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Uber allegedly paid $100,000 ransom and had hackers sign NDAs after massive data breach

Uber allegedly had hackers sign NDAs
Uber allegedly paying ransom and having hackers sign NDAs "extraordinary," prosecutor says 03:46

New details about how Uber responded to a massive hack attack in 2016 raise questions about the way it handled sensitive customer information. Instead of reporting the hackers to police, the company allegedly paid $100,000 in exchange for a promise to delete 57 million user files the men stole off a third party server, prosecutors said. 

Within weeks of paying the ransom, Uber employees showed up at Brandon Glover's Winter Park, Florida, home and found Vasile Mereacre at a hotel restaurant in Toronto, Canada, the Justice Department said. The pair admitted their crimes, but Uber didn't turn them over to the cops. Instead, they had the hackers sign non-disclosure agreements, promising to keep quiet. The two hackers pleaded guilty on Wednesday.  

But there was a third person involved who was unknown to Uber, U.S. attorney for Northern California Dave Anderson told CBS News correspondent Kris Van Cleave in an exclusive interview. Anderson, who investigated the hack, said there's "no way to know definitively" what actually happened to the stolen data. 

Van Cleave: Do you feel that Uber acted responsibly?

Anderson: Absolutely not.

Van Cleave: Have you seen a company ask for an NDA from people who've ripped them off before?

Anderson: I can't think of another case that our office has handled that has that dimension to it. This case is extraordinary in that regard.

Van Cleave: Do you know what was done with that data after they paid?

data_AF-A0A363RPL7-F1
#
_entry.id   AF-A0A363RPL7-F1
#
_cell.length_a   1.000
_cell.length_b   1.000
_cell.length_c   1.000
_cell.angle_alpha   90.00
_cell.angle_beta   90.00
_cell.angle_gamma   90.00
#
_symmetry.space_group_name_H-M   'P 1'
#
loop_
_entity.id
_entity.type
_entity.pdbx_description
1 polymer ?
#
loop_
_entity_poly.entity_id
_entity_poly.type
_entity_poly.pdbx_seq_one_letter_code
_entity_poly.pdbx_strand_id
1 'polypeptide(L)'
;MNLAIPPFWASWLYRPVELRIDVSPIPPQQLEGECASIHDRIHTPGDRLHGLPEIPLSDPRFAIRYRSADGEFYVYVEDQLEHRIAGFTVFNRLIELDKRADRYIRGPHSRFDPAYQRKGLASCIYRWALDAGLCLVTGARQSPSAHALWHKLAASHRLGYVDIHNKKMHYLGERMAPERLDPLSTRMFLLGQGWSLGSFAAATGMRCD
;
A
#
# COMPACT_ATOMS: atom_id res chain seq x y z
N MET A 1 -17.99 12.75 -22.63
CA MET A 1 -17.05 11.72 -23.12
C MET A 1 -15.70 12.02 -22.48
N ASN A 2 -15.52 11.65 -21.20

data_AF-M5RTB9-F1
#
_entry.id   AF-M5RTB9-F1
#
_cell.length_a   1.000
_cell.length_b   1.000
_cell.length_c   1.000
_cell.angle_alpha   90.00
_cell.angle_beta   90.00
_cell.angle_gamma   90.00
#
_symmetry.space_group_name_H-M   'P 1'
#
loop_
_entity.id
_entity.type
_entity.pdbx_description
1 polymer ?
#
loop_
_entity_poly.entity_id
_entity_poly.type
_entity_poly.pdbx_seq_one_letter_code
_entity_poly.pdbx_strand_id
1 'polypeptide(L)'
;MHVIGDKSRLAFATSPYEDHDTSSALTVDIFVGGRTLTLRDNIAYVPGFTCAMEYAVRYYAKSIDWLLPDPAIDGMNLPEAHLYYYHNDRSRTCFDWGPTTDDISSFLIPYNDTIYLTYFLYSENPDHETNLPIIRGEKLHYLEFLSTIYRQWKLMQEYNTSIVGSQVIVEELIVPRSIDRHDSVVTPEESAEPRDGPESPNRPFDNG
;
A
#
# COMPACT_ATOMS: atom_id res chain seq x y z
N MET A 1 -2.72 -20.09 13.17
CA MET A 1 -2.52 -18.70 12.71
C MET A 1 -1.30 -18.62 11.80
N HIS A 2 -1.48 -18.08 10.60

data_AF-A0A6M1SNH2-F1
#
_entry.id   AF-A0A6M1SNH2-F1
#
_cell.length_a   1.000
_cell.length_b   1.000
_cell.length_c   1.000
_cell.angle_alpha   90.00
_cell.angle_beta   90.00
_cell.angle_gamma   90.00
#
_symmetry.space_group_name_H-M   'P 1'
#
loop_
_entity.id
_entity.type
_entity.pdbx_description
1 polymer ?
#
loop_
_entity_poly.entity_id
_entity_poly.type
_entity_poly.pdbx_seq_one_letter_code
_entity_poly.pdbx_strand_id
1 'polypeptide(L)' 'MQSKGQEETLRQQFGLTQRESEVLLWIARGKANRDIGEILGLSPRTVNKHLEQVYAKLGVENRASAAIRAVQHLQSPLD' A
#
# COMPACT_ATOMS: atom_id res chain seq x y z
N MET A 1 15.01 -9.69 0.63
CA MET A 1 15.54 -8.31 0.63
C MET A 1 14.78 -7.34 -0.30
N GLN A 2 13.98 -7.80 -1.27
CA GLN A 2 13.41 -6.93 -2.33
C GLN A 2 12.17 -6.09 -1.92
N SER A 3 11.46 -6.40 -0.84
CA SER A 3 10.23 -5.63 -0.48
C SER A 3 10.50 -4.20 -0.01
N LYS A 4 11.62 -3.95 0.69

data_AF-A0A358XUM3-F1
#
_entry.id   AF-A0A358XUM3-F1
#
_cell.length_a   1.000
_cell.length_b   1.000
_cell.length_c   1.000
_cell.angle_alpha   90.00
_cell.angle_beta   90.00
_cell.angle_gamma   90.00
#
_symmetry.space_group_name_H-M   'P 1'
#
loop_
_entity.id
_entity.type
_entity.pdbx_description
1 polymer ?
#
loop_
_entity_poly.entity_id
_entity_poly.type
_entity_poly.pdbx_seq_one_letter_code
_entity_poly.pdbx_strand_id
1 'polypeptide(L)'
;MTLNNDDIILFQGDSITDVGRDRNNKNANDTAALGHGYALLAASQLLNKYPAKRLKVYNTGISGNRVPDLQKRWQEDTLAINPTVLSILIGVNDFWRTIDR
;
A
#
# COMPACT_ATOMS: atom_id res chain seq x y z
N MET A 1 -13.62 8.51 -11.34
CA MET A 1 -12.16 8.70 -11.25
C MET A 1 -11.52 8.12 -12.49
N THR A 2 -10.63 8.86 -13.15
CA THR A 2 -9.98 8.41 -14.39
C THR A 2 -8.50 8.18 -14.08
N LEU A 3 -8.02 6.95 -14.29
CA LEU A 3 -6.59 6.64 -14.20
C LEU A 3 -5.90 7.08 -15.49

Anderson: Not definitively and there's no way to know definitively. We know that the defendants said that they destroyed that data … but there was a third participant in the hack. And that third participant was unknown to Uber.

The hackers also targeted a company owned by LinkedIn in December of 2016, but prosecutors say LinkedIn did not pay and promptly reported the hack to police. Uber eventually did as well — a year after the hack, when new CEO, Dara Khosrowshahi, publicly disclosed the attack.

Asked about the culture at Uber in 2018, Khosrowshahi told CBS News, "I think we've definitely made steps in the right direction but the work of culture is never done. … Are we going to make mistakes? Yep, but are we going to get better every year? Absolutely." 

The two known hackers were eventually arrested and pleaded guilty on Wednesday to conspiracy to commit extortion charges. They face a maximum of five years in prison. The third person involved remains at large.

Uber said it cannot comment on an ongoing criminal investigation. Last year it settled with the FTC and paid $148 million to settle a nationwide investigation brought by state attorneys general.

"Uber behaved atrociously," "Wired" Editor-in-Chief Nick Thompson said. Thompson warned that personal data remains vulnerable with cyber crimes on the rise.

"We've come up with all kinds of smart ways to protect data, and hackers have come up with all kinds of smart ways to get through our protections," he said. "Your data is held in a bunch of places. And each one of those places needs to be secured."

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